Tuesday, June 13, 2006

A World Cup...of Hate?

I first heard about this when France's Thierry Henry, arguably one of the best soccer players in the world, got international accolades for talking Nike into bank-rolling a Stand Up/Speak Up campaign against rampant racism at the matches. But I was totally unprepared for the recent rash of news media discussions about the extent and boldness of the activities--still common--that made the campaign necessary.

It's World Cup time, from what I can gather. God knows I'm not tuned into or turned on by sports of any kind really, but the competition began last Friday and will continue until July 9th, with matches in multiple European countries featuring the best "footballers" in the world (including some from the U.S.). The reason I know this information is that I have actually read a couple of lengthy pieces on it, but you know by now, of course, that if I'm writing about it, the subject is not sports--it's race.

Apparently, soccer (called "football" outside the U.S., hence the reference to "footballers" above) has a history of drawing hyper-emotional fans (remember the bloody free-for-alls they finally had to crack down on a couple of decades ago in England?). Well, the powers-that-be finally got the fisticuffs under control more or less, but over the past couple of years, they've begun to admit that there's another little problem they probably should deal with. Racist groups and individuals make the matches hellish for footballers of color. Simon Kuper, a British sports columnist, says "It was seen as all good fun and part of football culture and accepted for a long time." Hmmm. Let's take a look at the good fun he's talking about.

Thousands of fans screaming monkey noises and throwing bananas onto the field when a Black player is trying to make a kick. Entire groups unfurling pro-Hitler banners, complete with swastikas, and using intricate choreography to form human swastikas or even the face of Der Fuhrer in the stands. Teaming up to spit on Black players. Sounds like a barrel of laughs to me. And keep in mind: we're not talking about occasional instances here or certain countries or a few particular people. We're talking about routine attacks.

"In a stadium of 60,000, it's easy to be anonymous," says Jerome Champagne of the Federation Internationale de Football Association. But I've seen photos of young men being allowed to hang a big swastika banner by the fans seated behind them--and their faces in full view. What's up with that? Champagne knows. "The main issue," he goes on, "is not racism within soccer, but racism around soccer." No lie.

So the footballers organize in groups with names like "Kick It Out" (in Britain) and the "Never Again Association" (in Poland), both part of a network called Football Against Racism in Europe (FARE). And there are fans--such as those who formed "Arsenal Against Racism"--who have joined them. Thierry's Stand Up/Speak Up campaign sold four and one-half million black and white wrist bands, raising five million Euros (more than six million dollars!) for anti-racist projects in eleven countries.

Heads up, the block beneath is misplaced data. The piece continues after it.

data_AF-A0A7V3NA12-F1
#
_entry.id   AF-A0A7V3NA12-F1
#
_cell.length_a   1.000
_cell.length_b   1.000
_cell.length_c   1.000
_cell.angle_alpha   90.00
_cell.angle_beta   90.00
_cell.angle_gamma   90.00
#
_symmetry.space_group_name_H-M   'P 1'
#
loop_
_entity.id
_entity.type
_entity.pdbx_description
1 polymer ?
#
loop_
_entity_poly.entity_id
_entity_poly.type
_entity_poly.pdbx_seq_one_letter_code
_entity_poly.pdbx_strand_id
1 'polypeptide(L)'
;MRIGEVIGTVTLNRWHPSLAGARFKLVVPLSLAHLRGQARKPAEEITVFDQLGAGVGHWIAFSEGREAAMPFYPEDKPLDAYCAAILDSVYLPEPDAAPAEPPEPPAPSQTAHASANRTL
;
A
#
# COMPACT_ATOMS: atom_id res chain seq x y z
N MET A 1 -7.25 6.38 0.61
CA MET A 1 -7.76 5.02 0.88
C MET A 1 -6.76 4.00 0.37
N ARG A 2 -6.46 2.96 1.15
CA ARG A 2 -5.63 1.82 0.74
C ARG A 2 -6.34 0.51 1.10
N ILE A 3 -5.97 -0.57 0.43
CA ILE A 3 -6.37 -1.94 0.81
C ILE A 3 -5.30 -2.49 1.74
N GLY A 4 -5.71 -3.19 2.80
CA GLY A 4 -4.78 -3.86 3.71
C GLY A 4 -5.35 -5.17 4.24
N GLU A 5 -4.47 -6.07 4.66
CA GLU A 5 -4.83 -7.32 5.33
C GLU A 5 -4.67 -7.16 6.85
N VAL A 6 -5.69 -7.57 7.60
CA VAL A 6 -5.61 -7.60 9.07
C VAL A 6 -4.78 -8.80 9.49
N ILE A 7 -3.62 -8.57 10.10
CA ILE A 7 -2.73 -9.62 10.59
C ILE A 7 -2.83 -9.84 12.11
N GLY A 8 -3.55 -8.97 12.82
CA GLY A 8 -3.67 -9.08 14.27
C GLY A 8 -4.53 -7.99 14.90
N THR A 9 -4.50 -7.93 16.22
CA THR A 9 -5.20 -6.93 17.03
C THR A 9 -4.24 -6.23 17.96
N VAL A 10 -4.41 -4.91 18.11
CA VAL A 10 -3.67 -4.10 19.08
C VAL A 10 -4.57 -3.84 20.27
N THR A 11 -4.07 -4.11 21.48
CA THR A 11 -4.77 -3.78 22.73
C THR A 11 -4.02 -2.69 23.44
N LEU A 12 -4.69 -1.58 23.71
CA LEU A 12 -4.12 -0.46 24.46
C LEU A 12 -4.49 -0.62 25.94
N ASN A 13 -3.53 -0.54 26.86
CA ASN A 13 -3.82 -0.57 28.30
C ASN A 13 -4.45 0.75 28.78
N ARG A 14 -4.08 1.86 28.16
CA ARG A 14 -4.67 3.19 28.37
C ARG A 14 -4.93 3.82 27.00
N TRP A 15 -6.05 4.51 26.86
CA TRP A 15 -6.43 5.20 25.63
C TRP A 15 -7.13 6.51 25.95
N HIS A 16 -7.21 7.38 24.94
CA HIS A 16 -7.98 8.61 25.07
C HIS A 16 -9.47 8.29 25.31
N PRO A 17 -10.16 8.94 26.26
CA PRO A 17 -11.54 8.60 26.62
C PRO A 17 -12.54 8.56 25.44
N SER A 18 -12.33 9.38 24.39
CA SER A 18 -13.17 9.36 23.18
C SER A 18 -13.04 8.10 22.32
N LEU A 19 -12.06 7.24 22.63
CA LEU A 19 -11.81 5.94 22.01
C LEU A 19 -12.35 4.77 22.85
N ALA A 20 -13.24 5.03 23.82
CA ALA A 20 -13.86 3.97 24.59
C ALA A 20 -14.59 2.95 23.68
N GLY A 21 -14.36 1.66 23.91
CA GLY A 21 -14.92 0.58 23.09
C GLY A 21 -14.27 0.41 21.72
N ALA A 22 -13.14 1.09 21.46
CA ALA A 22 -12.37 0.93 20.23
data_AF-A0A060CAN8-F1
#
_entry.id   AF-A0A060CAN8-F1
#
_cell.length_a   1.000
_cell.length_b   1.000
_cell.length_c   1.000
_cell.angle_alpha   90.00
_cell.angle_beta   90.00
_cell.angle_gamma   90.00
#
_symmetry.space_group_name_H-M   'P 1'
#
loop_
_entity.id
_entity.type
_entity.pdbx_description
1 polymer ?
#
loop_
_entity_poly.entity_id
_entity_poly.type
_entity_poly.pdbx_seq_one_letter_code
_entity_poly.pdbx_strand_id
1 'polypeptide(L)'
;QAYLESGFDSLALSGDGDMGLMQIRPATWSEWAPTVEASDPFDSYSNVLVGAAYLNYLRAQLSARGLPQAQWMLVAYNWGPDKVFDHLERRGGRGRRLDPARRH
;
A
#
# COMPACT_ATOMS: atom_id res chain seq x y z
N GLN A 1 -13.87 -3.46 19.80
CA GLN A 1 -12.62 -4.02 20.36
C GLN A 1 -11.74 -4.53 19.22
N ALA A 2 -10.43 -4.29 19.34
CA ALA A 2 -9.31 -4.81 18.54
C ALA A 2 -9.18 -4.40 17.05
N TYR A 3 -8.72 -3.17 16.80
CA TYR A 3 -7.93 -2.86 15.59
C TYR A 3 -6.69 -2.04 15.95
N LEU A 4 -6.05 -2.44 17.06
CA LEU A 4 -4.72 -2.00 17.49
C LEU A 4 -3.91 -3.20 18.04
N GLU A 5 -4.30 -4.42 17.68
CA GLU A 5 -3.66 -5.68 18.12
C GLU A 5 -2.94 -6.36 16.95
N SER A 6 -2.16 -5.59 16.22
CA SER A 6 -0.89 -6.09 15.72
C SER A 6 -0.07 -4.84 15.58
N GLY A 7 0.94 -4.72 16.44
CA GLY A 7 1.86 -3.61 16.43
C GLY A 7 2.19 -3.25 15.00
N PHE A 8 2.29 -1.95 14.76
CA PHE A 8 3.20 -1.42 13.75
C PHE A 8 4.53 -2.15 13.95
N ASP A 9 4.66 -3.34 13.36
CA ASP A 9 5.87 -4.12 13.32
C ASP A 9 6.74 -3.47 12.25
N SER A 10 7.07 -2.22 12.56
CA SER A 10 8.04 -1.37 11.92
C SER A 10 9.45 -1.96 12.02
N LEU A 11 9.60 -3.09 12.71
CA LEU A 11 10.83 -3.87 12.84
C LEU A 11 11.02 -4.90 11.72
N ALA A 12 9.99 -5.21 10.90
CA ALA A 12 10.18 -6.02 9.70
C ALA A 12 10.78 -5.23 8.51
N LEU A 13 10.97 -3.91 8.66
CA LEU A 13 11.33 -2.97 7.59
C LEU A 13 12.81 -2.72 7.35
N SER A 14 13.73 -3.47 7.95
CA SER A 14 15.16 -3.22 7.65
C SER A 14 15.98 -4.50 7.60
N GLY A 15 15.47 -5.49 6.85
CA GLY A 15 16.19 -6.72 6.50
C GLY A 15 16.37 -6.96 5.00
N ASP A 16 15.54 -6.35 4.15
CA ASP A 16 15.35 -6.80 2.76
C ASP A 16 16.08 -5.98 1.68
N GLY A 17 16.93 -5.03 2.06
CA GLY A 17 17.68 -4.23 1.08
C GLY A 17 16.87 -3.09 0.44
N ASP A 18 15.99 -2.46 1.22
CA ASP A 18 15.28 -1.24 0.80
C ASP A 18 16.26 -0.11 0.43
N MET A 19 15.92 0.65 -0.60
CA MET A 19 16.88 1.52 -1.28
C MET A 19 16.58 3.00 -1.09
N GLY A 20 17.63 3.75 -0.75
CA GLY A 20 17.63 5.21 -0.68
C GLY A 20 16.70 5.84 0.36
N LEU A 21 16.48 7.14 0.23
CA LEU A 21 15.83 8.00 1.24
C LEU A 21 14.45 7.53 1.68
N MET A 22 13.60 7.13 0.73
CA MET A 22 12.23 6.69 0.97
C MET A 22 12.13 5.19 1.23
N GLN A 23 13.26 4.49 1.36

Nevertheless, Kuper tells us: "You can still hear people say, 'Oh, it's all good fun." Being spit on is good fun? Hitler is good fun? Gee, and all this time, I liked reading. Just look what I've been missing!

My point is that the Hitler youth and the spitters may represent a relatively small group, comparatively speaking. But they're not the ones calling it fun. They're not doing it for fun. They're doing it to spread an agenda of racist hatred. I understand them. They're sick and, if they're allowed to, they will bring us to mayhem, at least, and destruction, if they can. But the ones that scare me are the "ordinary" people who call it "fun." Would they laugh at being spit on or called an animal? Would they find these situations "fun" if they were happening to their children? Of course not. So what is their agenda?

We still have Nazi's in the U.S. They leaflet campuses on a regular basis in this country. But overall, many European-Americans purport to believe that all that bold and ugly racist stuff is behind us. They might watch the craziness at the soccer matches and pat themselves on the back as being from a nation where that isn't currently happening. But most of them still wink at racist jokes, look away from racist activities in the work place, and would not consider seeing themselves as allies of people of color. So they are probably not much different, in the end, from the Europeans (who look like them) and ignore the "fun" while people of color continue to have their spirits lynched in the name of a sport.

15 comments:

iaintlying said...

I was just reading about the World Cup on ESPN's Page 2. They had one of their writers run a daily blog on it. Of course the blog did not address the issues that you did. I do vaguely remember hearing about